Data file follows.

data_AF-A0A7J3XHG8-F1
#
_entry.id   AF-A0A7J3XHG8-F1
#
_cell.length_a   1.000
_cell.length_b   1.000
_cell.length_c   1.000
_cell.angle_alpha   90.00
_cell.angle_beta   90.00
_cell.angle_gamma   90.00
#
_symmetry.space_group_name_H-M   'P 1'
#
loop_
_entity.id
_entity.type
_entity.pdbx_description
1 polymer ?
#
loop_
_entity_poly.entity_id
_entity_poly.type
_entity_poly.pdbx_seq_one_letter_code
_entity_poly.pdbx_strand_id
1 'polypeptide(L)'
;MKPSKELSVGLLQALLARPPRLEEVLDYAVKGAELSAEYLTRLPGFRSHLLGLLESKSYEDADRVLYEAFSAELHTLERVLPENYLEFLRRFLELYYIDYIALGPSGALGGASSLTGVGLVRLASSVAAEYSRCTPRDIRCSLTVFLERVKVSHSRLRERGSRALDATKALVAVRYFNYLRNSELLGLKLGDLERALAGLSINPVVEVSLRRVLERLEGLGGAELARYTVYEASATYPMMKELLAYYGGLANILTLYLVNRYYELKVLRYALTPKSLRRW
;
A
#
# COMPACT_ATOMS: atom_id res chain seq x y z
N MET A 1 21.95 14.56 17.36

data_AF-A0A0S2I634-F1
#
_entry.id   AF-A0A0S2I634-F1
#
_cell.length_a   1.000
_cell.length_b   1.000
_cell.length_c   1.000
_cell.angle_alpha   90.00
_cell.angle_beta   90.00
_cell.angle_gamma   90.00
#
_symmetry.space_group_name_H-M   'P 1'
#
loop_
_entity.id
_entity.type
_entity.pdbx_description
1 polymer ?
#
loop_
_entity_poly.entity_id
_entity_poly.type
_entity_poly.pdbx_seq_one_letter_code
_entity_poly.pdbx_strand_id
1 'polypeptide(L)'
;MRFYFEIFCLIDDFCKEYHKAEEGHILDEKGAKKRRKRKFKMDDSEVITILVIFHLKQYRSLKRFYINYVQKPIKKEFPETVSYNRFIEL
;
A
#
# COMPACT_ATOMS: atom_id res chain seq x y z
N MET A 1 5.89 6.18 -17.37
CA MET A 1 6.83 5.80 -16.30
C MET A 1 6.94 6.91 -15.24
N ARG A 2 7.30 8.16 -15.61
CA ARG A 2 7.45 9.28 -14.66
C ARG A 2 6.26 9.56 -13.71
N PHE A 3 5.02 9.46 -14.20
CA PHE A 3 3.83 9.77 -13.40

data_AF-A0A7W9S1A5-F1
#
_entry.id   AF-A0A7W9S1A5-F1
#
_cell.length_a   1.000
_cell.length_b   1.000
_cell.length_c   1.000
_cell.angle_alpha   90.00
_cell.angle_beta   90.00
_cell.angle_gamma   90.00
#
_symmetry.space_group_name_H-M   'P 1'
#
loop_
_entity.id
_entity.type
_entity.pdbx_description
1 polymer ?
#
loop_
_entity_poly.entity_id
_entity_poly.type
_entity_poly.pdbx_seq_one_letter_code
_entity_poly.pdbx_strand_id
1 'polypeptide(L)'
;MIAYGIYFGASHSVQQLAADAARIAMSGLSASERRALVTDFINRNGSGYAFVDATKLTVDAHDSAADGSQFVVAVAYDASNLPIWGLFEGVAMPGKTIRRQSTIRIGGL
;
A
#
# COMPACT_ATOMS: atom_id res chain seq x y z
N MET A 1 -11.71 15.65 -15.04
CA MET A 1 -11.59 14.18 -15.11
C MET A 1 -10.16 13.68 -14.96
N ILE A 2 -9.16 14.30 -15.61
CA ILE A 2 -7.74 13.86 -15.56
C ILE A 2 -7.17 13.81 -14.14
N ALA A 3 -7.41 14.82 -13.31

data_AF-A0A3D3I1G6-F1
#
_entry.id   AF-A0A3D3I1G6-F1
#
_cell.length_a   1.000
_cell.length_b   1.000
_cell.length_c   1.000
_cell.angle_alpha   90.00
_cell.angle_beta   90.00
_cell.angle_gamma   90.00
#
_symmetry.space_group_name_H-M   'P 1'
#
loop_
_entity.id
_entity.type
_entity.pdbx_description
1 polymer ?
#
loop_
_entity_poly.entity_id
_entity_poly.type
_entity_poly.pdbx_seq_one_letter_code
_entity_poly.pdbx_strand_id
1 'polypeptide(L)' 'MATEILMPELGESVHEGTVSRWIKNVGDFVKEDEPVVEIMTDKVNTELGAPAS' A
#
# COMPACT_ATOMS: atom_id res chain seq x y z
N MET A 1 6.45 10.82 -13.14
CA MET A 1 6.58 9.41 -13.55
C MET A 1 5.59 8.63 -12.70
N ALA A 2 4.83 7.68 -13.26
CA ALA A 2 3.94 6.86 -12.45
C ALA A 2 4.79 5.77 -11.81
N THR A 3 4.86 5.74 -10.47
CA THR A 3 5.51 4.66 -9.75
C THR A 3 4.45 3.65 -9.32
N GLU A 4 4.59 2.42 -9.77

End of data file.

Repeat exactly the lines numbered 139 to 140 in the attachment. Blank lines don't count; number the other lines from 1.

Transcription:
C ALA A 2 4.79 5.77 -11.81
N THR A 3 4.86 5.74 -10.47